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Wild about swimming

March 17, 2019

Wild about swimming

As an all-over body workout, Swimming has long been touted as the perfect exercise - building endurance, muscle strength, promoting flexibility and cardiovascular fitness without wear and tear on joints. But do the benefits of Swimming go even further when we break from our lanes and head to the outdoors?

Wild swimming is swimming in any natural body of water such as a lake, pond, river or even just the sea. The growth in its popularity (the UK has over 50 Wild Swimming groups) has been fuelled by a recent spate of hot summers and a swathe of books on the subject, such as  Daniel Start’s Wild Swimming, Kate Rew’s Wild Swim, and Roger Deakin’s Waterlog.

Whilst an obvious appeal lies in the refreshment and sense of freedom a dip in beautiful surroundings offers – a growing body of research is exploring how Wild Swimming benefits extend beyond the physical. The first case report published in the British Medical Journal suggests evidence of cold water swimming as an effective treatment for depression. With the number of antidepressant prescriptions in the UK doubling since 2006, the debate over their efficacy has intensified and discovering new approaches to overcoming mental health issues vital.

The science behind the theory rests on immersion in cold water itself; and the physiological and hormonal reaction of the swimmer called the stress response. This natural alarm system, evolving millions of years ago to cope with threatening environments, protected us by temporarily equipping the body for action. Roll on modern life and whilst wild animal attacks are fairly rare, life stressors are certainly all around us as we balance busy lifestyles. For some, this supposed self-limiting system fails to do just that, leaving a long-term activation of the stress-response and over exposure to hormones which disrupt the body’s processes, leading to mental health issues.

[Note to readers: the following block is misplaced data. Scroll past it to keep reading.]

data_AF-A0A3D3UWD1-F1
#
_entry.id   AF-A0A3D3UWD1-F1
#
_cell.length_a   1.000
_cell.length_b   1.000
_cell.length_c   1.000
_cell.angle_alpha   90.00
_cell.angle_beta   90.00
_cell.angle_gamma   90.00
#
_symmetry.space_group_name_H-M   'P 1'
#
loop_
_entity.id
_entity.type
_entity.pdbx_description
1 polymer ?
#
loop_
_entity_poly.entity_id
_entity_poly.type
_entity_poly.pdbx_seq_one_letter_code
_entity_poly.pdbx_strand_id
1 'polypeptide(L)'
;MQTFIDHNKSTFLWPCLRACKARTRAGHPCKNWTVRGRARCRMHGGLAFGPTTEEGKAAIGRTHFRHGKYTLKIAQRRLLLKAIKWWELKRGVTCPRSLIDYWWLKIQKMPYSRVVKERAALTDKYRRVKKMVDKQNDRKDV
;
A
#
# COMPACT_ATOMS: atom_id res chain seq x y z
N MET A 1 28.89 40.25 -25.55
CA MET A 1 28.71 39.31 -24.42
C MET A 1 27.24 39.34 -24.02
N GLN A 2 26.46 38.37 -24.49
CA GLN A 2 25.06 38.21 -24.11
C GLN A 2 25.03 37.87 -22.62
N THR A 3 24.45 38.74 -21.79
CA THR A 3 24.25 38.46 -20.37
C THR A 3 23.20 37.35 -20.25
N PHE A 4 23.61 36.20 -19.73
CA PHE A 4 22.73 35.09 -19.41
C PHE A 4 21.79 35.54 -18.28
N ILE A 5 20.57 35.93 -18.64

A co-authored study by British Doctor Chris van Tulleken and  the University of Portsmouth suggested that repeated immersion in cold  water whilst wild swimming can prevent the body’s disruptive and overactive response by a process of ‘habituation’. The repeated exposure causes the body to adapt, blunting your response to the stress of the cold water. The dulling effects are long lasting, the ‘habituation’ allowing you to respond and cope with everyday stressors in a more measured way.

Wonder cure? Potentially, and it doesn’t stop there.  Swimming outdoors gives you additional Vitamin D whilst burning up to 350 calories in half an hour. Its inherent breathing patterns and repeated motions offer a relaxing and meditative workout as well as improving cognition and reducing inflammation.  Best of all it can be practiced by almost anyone with little equipment required.

So where now? As tempting as it may be to jump into any water, wild swimming is not allowed everywhere in the UK, check out the Map by Wild Swimming for recommendations for the most beautiful locations near you. And for those who can’t escape the city, the Serpentine Lake in London's Hyde Park is home to the Serpentine Swimming Club – where members swim all-year-round in the open air.

For advice on how to safely try cold water Swimming, visit the Outdoor Swimming Society’s guide to getting started and get ready to feel the benefits for mind, body and soul.

 





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